Tennesee: Can't Get There From Here
We had all planned to ride the Dragon on Thursday: Ed, Janet, and Tom with Cathy. Me... I needed some Elzi Time alone. So I took the high road. The morning after the storms the entire area blanketed in fog. The air was so humid it was almost misting. Jack advised everyone to stay off the Cherohala Skyway; it would be swamped in fog which makes for some treacherous navigation. The Skyway snakes along a ridge at several thousand feet; many times it is in the clouds. So when Janet arrived at camp, the Dragon riders chose a route north of Tellico to enter the Dragon from the north and avoid the Skyway. It was also a more direct route. Me... I rode the Skyway. I agreed to meet them at an intersection north of Robbinsville, NC, and east of the southern-most end of the Dragon. They seemed to think they would be there before me. But that proved wrong. I left on the Sherpa while they were dilly-dallying around the camp site. Taking the back way through town, I stopped at parking lot to put my ear plugs in; I had forgotten that I was not riding dirt today. (I don't wear them riding off-road) Then I headed east on the Skyway. Only a few miles on the road, the mists began to drift in and out from the tall trees. Normally at this time of the day bikes are going both ways on the Skyway. Not today. As I rode on, scattered mists turned into dense fog. And still no sign of any other riders or drivers. I had it all to myself. Riding the Skyway in the fog required acute concentration and conservative speeds. I didn't mind. I was in the mood for an easy-paced ride anyway. At a few thousand feet I was now getting chilled from the moisture-laden air. A pull-out offered a chance to stop and don my rain jacket. I wore my regular motocross pants rather than the mesh pants today, so between those and the big Monster Boots (aka motocross boots), my lower body was relatively warm. The fog was too thick to afford any views from the mountains side. Still no signs of anyone else on the Skyway. Now with the rain jacket providing me warmth, I grinned ear to ear and crawled through the fog. The summit (5300 feet) was packed in with fog; I just meandered along at a conservative speed and kept going. The descent showed that the fog and mist was breaking up, even some spotty sunny spots here and there. I pulled in another viewpoint for a break to see two sport bikes. The two riders were laying on a cement picnic table in all their gear: helmets, gloves, everything. They were taking a break and waiting for the fog to lift a bit more. I warned them that the summit was swamped in with fog but it should start to thin out soon. Pulled out the camera to take a shot. A small section of the Skyway can be seen in the far upper right. Descending down the ridge, the skies cleared and the air got warm; steamy warm. Now more bikes were riding up the Skyway. No longer did I have it all to myself. I pulled off into Thunder Mountain, a small store and gas stop, where KLRs can be rented, too. After peeling off the rain jacket (much to my relief), I went in for a pit stop. Outside I drank some water and stretched some cramped back muscles. Then checked the map for Hwy 143 in Robbinsville. I soon discovered you can't get there from here.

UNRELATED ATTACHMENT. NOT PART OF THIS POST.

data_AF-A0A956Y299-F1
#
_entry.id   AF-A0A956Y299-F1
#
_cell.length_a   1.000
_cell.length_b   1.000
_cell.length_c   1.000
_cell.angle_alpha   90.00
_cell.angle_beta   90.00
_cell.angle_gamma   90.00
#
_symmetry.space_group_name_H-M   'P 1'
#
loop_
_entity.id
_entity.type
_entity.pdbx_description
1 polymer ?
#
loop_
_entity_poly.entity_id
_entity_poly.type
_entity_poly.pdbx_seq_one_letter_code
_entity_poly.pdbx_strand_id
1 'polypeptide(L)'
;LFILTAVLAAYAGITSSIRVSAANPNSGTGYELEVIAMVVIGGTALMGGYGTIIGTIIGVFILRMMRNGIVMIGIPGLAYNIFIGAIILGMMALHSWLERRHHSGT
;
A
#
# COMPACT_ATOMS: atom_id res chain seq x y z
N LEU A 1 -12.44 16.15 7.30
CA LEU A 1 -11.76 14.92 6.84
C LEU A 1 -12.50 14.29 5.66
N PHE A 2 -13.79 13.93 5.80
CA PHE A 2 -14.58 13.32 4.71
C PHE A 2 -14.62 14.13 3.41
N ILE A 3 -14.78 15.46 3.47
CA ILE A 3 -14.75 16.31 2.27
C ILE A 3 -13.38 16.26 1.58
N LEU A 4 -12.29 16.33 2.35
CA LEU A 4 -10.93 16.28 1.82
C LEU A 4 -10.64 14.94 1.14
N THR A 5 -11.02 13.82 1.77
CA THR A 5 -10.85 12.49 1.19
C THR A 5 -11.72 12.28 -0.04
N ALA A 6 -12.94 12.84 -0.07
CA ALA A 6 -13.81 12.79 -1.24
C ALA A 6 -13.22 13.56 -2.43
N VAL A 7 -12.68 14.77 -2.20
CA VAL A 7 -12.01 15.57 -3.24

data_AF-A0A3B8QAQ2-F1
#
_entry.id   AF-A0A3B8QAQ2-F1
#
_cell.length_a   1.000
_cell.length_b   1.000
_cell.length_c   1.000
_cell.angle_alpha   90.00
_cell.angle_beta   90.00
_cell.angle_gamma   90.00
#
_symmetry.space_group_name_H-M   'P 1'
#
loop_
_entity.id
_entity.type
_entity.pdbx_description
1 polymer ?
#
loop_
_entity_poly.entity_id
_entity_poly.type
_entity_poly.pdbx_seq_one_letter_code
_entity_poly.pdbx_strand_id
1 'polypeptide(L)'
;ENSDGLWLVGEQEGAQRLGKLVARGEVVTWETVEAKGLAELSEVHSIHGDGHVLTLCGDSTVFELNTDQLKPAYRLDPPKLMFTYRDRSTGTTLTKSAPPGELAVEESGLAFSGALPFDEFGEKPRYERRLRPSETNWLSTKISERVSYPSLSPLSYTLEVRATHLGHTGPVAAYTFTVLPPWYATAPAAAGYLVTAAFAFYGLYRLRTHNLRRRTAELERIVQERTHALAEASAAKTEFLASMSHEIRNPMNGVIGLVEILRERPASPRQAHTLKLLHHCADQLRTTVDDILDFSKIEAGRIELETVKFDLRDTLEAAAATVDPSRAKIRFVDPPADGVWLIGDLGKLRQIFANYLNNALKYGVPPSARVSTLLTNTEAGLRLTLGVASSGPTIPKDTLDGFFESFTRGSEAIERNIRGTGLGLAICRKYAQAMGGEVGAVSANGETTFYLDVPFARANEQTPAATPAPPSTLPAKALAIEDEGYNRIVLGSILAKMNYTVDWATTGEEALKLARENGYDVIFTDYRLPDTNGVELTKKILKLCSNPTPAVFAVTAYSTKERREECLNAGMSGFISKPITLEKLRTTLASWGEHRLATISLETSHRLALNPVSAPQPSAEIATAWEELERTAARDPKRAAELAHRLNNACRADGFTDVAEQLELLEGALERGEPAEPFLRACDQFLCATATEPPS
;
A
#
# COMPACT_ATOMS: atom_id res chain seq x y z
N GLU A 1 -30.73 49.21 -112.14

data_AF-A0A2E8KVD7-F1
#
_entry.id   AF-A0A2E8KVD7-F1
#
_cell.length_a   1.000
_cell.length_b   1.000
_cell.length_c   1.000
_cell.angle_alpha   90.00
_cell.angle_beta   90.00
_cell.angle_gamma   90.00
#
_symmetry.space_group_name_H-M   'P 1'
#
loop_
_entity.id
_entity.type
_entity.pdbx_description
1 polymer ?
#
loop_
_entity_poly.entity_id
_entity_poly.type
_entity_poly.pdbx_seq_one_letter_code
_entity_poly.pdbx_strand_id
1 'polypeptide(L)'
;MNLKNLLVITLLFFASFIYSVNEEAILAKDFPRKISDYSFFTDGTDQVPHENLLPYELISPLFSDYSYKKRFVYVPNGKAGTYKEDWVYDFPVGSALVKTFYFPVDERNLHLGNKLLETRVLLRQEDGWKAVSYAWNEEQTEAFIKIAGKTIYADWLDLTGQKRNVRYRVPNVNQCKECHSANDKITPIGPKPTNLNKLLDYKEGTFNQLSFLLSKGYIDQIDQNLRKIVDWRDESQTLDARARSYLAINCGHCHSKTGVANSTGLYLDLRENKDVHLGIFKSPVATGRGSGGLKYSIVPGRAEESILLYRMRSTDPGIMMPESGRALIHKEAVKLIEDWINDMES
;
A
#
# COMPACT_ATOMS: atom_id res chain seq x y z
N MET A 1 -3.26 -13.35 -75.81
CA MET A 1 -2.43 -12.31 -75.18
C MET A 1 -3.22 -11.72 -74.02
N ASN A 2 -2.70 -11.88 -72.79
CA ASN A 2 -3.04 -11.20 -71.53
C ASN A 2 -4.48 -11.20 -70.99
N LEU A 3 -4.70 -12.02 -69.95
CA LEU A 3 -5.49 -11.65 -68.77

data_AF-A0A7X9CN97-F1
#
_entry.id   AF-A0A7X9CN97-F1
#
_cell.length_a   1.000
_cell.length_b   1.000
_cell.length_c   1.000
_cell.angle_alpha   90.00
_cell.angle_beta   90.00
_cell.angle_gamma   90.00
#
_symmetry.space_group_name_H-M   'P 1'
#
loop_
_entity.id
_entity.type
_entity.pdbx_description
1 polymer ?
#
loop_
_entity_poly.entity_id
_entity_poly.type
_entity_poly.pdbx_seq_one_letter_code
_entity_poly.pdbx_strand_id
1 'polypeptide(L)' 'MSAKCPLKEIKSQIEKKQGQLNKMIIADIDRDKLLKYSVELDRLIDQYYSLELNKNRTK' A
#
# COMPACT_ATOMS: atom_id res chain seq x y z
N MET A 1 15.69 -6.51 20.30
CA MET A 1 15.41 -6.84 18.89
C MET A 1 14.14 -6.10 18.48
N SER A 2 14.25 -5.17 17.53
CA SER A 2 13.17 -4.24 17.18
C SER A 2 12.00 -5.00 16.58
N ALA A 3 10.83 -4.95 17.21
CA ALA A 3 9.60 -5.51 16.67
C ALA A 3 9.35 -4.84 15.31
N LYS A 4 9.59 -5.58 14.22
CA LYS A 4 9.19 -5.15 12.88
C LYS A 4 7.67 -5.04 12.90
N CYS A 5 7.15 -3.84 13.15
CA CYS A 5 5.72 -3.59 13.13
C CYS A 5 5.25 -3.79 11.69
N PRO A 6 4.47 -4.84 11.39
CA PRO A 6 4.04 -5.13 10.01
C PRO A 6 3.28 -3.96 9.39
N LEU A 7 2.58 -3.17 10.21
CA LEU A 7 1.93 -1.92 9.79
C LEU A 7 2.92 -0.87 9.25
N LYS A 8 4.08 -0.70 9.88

To be continued: Lost and Flat Tire Mountain